EPL

Man City set the standard, Liverpool must keep up – Henderson

By Sports Desk October 03, 2021

Jordan Henderson believes it is Manchester City who set the standards in the Premier League and Liverpool will have to keep up with Pep Guardiola's men if they are to stand of chance of winning back the title.

Liverpool welcome City to Anfield on Sunday in what Henderson feels is undoubtedly the biggest match of the season so far for Jurgen Klopp's men.

The Reds can return to the summit with a win after Chelsea knocked them off top spot by beating Southampton 3-1 on Saturday.

Historically Liverpool boast a good record against City, having not lost consecutive home games against them since 1937 and losing just one of their past 18 meetings at Anfield.

But that solitary defeat came via a 4-1 thrashing in February as City cruised to the title, and although Liverpool are on the longest unbeaten run (16) in the top four tiers of English football, City's quality is not lost on Henderson

Writing in his programme notes, Henderson said: "There's no doubt that this game is our biggest of the season so far. The Premier League table tells us this, recent history and the aims of the two clubs tells us this.

"As an opponent, Manchester City are as strong as they come and we welcome them to Anfield in the knowledge that having got a great result at Chelsea last weekend they will be looking for another one today.

"City's record under Pep Guardiola speaks for itself. From a Liverpool perspective, they set the standards that we had to live up to before we could become champions and any team which wants to win the league this season will know that their chances of doing so will be maximised if they finish above City.

"They are the reigning champions and someone will have to take their crown because City won't be handing it over."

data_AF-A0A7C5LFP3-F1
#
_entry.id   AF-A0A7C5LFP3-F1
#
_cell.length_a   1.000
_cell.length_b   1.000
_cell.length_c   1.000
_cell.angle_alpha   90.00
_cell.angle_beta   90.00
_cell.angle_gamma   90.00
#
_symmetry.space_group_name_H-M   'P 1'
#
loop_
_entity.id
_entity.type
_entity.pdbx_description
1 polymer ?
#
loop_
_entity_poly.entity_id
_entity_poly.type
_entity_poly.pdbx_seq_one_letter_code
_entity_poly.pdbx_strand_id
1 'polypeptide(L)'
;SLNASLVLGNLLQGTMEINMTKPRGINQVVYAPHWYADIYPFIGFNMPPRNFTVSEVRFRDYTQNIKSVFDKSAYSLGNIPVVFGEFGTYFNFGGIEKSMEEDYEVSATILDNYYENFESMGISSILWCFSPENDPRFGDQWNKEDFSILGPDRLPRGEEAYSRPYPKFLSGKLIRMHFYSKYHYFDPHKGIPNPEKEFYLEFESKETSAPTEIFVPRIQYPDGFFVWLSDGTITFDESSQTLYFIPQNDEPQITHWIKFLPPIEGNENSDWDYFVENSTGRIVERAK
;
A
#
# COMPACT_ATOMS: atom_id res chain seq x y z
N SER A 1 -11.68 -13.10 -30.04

Henderson then turned his attention to talk of "respect", which could possibly be seen as a veiled message to supporters after Guardiola pleaded for Liverpool fans to not attack the City bus, eager to avoid a situation similar to that prior to their Champions League clash in 2018.

"There is a lot of talk about the rivalry between our two clubs, but for the most part this is built on respect and competition," he added. "You can't slug it out as we have in recent seasons and not have a rivalry, that wouldn't make sense.

"But by the same token, if you go toe-to-toe with a team like City it would be ridiculous if you didn't recognise their quality and respect them for it.

"Yes, there will be headlines, stories and flashpoints because all of this is part and parcel of elite sport in which one team is vying with another, but I can guarantee that when the game kicks off the overriding factor will be respect.

"It is only by having this kind of approach that you give yourself the best possible chance of being successful on the day. If you don't know how good the opposition are and respect that, how can you possibly beat them?"

The Liverpool captain also spoke of his bemusement at some of the criticism directed at City earlier in the season, and he felt there were similarities with the reaction to the Reds' shock 3-3 draw with Brentford last weekend.

"The mad thing is it's only a couple of games ago that reactionary questions were being asked of City after a home draw against Southampton," Henderson continued. "Honestly, that baffles me. This Man City are without question one of the most consistently successful teams of the modern era.

"But it is the world we live in now I suppose. A result and performance in isolation is analysed to death, ignoring wider context.

"The flip-side to that sort of reaction is it speaks volumes about the standards being set. It was similar for us last weekend when we drew at Brentford. Was it the perfect result? No. Did we want a better one? Of course.

"But the reality is that every team will play games throughout the season when points will be dropped against opponents whom you're supposedly favourites to beat, because that is just what the Premier League is like.

"There were positives, but these were undermined by individual and collective shortcomings at key moments and this cost us two points. This is why it was so important that we responded in the manner that we did against Porto in midweek. It is one thing to have an off-day, it is another thing to allow it to turn into two or three."

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